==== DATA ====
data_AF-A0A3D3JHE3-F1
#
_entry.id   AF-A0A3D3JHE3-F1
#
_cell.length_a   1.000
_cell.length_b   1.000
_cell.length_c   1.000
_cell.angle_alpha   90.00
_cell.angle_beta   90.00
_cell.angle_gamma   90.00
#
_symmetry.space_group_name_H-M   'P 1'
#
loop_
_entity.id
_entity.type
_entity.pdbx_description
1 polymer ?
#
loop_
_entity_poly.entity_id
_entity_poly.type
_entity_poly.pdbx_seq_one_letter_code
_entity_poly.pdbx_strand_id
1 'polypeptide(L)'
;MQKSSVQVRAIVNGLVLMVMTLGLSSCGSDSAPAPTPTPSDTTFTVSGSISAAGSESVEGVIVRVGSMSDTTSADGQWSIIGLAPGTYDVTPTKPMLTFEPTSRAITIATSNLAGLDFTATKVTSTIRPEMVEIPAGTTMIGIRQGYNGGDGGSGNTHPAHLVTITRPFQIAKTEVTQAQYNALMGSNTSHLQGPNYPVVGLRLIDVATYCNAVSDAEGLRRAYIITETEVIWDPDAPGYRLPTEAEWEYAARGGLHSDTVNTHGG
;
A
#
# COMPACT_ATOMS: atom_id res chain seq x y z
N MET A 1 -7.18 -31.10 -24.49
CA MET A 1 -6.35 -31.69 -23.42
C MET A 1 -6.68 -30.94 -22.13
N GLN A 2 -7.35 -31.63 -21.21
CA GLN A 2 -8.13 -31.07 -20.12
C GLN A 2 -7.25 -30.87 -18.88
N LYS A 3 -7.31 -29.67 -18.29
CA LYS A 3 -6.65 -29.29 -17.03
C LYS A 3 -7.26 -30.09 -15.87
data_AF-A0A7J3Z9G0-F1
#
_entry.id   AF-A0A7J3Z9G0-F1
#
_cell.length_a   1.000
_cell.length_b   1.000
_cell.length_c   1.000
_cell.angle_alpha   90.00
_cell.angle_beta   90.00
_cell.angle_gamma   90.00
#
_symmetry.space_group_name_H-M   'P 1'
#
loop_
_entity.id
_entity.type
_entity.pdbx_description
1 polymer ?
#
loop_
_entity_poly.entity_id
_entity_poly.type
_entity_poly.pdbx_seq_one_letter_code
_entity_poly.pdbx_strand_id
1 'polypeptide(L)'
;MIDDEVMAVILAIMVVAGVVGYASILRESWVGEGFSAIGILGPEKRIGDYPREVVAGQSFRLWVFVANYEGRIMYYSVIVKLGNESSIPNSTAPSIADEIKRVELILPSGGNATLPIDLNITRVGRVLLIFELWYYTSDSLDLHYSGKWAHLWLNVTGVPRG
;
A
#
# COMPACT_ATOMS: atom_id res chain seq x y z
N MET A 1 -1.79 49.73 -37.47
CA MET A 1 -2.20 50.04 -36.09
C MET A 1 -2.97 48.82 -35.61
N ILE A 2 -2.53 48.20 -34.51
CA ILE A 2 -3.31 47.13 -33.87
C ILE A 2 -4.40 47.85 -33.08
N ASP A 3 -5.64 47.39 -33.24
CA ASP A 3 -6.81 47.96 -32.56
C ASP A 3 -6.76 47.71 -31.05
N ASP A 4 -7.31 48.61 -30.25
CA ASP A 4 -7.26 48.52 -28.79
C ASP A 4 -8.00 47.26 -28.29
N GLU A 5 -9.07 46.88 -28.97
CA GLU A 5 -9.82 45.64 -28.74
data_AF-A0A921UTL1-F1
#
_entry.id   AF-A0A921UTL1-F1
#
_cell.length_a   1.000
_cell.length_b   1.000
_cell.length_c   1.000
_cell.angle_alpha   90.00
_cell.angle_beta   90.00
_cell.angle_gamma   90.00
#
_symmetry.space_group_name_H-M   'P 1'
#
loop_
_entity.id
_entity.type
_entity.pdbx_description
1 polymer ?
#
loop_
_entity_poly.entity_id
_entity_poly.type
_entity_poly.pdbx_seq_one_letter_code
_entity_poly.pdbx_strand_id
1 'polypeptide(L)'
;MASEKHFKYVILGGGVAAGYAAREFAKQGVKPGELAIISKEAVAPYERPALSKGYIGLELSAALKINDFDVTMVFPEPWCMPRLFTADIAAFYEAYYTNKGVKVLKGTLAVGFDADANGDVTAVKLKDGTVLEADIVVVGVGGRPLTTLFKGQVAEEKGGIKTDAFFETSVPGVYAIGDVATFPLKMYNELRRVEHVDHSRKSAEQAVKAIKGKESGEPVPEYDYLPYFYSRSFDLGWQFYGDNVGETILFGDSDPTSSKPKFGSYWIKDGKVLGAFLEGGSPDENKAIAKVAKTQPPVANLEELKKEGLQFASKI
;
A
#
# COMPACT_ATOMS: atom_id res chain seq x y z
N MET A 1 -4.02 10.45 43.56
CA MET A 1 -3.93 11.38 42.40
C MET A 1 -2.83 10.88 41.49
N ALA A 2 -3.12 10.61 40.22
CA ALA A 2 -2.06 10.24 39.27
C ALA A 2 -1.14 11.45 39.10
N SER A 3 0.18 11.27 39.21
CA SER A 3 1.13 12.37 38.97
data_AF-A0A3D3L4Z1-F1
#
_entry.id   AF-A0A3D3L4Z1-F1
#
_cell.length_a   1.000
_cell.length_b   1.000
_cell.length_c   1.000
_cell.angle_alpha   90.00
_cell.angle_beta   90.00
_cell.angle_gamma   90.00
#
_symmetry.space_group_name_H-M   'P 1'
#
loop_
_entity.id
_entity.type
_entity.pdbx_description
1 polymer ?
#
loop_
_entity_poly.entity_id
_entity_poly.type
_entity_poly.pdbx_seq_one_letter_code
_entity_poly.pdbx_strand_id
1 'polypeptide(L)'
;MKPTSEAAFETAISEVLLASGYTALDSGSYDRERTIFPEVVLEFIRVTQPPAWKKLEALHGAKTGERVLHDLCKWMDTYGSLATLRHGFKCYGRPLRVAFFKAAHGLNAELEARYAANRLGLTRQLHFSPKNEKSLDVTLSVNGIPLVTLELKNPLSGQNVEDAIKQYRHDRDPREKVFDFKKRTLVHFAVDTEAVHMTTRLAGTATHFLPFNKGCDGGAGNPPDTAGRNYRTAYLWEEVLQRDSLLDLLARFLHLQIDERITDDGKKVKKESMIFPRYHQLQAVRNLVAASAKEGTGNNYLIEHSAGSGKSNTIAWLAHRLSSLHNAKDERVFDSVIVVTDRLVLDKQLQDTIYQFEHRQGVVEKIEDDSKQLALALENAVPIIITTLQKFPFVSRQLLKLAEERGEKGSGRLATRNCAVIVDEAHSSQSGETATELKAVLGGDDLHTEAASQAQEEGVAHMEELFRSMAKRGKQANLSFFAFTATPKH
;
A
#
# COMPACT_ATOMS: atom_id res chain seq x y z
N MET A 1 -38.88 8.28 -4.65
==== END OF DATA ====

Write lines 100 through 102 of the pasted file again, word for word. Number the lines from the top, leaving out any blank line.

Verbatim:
_entity.pdbx_description
1 polymer ?
#